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Atlantic Equatorial Deep Jets: Space–Time Structure and Cross-Equatorial Fluxes

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  • 1 Institute für Meereskunde, Kiel, Germany
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Abstract

The so-called equatorial stacked jets are analyzed with ship-board observations and moored time series from the Atlantic Ocean. The features are identified and isolated by comparing vertical wavenumber spectra at the equator with those a few degrees from the equator. Mode-filtering gives clear views of the jets in meridional sections, the typical extent being ±1° in latitude. The vertical structure can be well described (explaining 82% of the variance) by N−1-stretched cosines, with a Gaussian amplitude tapering in the vertical. The stretched wavelengths are somewhat variable.

Fitting jets of a fixed (stretched) wavelength to four moored sensors in the depth range 1300–1900 m, allows one to track the vertical phase of the jets with an rms error of 30°–45°. The resulting fit from a 20-month moored time series shows long periods of unchanging jet conditions and intermittent times of high variability. There is no significant vertical propagation on these timescales nor a seasonal reversal. Using a composite from many different experiments, interannual variability is visible, however.

A possible mechanism for the stacked jets is inertial instability, resulting from background meridional shears at the equator. A condition is that the Ertel potential vorticity becomes zero somewhere, due to meridional asymmetries in the zonal flows. The ship-board observations show that this may be approximately fulfilled by the instantaneous zonal low-mode flows at various depths, resulting from an excess of zonal momentum south of the equator most of the time. Inertial instability should act to redistribute this zonal momentum, and our mooring data show indeed persistent northward momentum flux, but not at the depth levels expected. The momentum transport might suggest that the jets can also flux or mix other properties across the equator.

Current affiliation: Dalhousie University, Halifax, Nova Scotia, Canada

Corresponding author address: Uwe Send, Duesternbrooker Weg 20, 24105 Kiel, Germany. Email: usend@ifm.uni-kiel.de

Abstract

The so-called equatorial stacked jets are analyzed with ship-board observations and moored time series from the Atlantic Ocean. The features are identified and isolated by comparing vertical wavenumber spectra at the equator with those a few degrees from the equator. Mode-filtering gives clear views of the jets in meridional sections, the typical extent being ±1° in latitude. The vertical structure can be well described (explaining 82% of the variance) by N−1-stretched cosines, with a Gaussian amplitude tapering in the vertical. The stretched wavelengths are somewhat variable.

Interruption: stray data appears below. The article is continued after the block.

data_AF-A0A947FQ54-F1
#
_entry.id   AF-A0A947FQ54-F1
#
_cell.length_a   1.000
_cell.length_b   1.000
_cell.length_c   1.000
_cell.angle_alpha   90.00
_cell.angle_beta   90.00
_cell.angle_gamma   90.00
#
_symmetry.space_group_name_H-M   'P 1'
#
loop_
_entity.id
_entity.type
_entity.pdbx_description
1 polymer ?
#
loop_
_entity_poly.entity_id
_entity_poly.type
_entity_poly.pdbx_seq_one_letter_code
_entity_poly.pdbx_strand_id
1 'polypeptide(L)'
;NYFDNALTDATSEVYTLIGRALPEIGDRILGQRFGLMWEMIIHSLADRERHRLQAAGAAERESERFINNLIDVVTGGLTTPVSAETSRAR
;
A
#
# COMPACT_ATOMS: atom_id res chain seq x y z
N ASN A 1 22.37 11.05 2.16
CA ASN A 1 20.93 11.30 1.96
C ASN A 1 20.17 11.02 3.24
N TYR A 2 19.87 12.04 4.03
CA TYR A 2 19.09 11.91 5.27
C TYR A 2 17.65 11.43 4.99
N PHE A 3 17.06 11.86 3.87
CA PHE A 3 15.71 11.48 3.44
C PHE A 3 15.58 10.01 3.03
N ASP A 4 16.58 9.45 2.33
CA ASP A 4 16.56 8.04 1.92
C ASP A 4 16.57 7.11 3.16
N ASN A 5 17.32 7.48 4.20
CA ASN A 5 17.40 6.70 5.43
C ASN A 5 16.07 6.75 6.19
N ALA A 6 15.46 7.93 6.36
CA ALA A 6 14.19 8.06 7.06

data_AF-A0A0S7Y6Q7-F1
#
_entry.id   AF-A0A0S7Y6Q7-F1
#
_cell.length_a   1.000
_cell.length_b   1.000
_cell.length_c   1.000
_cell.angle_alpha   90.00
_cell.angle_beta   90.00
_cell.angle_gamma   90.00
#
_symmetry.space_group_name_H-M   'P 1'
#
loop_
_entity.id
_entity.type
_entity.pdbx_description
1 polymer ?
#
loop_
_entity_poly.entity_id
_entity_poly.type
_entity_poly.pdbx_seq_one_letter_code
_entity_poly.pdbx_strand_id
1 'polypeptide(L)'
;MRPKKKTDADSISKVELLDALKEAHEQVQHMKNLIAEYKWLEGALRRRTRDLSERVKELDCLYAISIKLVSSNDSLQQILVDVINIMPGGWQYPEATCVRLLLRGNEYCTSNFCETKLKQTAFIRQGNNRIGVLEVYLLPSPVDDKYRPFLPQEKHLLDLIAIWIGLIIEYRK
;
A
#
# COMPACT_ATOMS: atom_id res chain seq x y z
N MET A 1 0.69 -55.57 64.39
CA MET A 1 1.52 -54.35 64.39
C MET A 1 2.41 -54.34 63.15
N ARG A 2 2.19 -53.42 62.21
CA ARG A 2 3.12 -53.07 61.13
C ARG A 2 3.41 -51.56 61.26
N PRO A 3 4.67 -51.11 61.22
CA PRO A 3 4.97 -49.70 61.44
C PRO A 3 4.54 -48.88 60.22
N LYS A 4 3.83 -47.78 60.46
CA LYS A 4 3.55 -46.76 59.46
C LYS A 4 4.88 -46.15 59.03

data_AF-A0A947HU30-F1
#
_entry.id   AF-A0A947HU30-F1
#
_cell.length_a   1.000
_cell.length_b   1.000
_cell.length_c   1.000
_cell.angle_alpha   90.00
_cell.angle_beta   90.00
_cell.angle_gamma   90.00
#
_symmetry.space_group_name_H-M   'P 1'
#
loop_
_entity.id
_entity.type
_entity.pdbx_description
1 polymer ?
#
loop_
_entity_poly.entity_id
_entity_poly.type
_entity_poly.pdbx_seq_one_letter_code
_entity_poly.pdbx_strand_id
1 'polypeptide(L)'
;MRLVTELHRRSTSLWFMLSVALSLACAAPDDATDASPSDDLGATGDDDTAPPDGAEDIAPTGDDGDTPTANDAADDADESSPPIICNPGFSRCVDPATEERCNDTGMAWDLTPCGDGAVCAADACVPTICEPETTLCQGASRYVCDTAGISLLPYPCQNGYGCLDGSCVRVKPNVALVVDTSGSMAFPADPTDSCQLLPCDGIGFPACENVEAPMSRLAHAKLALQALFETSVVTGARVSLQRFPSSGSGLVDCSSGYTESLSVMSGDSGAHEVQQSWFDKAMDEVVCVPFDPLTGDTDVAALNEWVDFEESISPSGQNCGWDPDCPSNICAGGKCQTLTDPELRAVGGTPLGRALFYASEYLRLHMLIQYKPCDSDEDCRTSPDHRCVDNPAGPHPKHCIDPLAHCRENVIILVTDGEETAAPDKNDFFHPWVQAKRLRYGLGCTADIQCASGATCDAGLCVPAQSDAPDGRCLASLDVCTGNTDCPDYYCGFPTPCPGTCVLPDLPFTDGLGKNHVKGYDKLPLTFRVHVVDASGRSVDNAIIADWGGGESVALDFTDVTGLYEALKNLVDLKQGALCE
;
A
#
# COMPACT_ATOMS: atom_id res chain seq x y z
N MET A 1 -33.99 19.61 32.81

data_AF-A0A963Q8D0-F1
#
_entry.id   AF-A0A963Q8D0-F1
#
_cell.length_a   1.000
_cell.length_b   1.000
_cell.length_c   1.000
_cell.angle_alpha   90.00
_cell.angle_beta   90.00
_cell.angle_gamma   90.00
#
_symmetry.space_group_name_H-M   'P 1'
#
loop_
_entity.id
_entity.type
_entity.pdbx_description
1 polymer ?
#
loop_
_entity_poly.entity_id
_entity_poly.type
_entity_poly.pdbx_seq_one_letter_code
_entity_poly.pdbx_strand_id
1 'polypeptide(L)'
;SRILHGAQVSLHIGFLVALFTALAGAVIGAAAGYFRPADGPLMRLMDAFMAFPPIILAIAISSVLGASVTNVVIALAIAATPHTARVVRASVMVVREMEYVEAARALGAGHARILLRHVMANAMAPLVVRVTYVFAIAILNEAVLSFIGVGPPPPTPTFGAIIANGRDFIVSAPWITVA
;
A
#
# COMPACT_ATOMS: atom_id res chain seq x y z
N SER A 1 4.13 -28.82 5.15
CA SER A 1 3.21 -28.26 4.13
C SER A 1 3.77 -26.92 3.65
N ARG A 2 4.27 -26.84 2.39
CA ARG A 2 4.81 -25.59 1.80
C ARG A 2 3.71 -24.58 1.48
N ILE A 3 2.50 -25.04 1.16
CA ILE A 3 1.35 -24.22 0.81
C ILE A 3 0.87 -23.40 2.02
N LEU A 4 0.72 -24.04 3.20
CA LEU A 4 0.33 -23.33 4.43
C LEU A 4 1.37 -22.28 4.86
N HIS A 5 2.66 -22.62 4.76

Fitting jets of a fixed (stretched) wavelength to four moored sensors in the depth range 1300–1900 m, allows one to track the vertical phase of the jets with an rms error of 30°–45°. The resulting fit from a 20-month moored time series shows long periods of unchanging jet conditions and intermittent times of high variability. There is no significant vertical propagation on these timescales nor a seasonal reversal. Using a composite from many different experiments, interannual variability is visible, however.

A possible mechanism for the stacked jets is inertial instability, resulting from background meridional shears at the equator. A condition is that the Ertel potential vorticity becomes zero somewhere, due to meridional asymmetries in the zonal flows. The ship-board observations show that this may be approximately fulfilled by the instantaneous zonal low-mode flows at various depths, resulting from an excess of zonal momentum south of the equator most of the time. Inertial instability should act to redistribute this zonal momentum, and our mooring data show indeed persistent northward momentum flux, but not at the depth levels expected. The momentum transport might suggest that the jets can also flux or mix other properties across the equator.

Current affiliation: Dalhousie University, Halifax, Nova Scotia, Canada

Corresponding author address: Uwe Send, Duesternbrooker Weg 20, 24105 Kiel, Germany. Email: usend@ifm.uni-kiel.de

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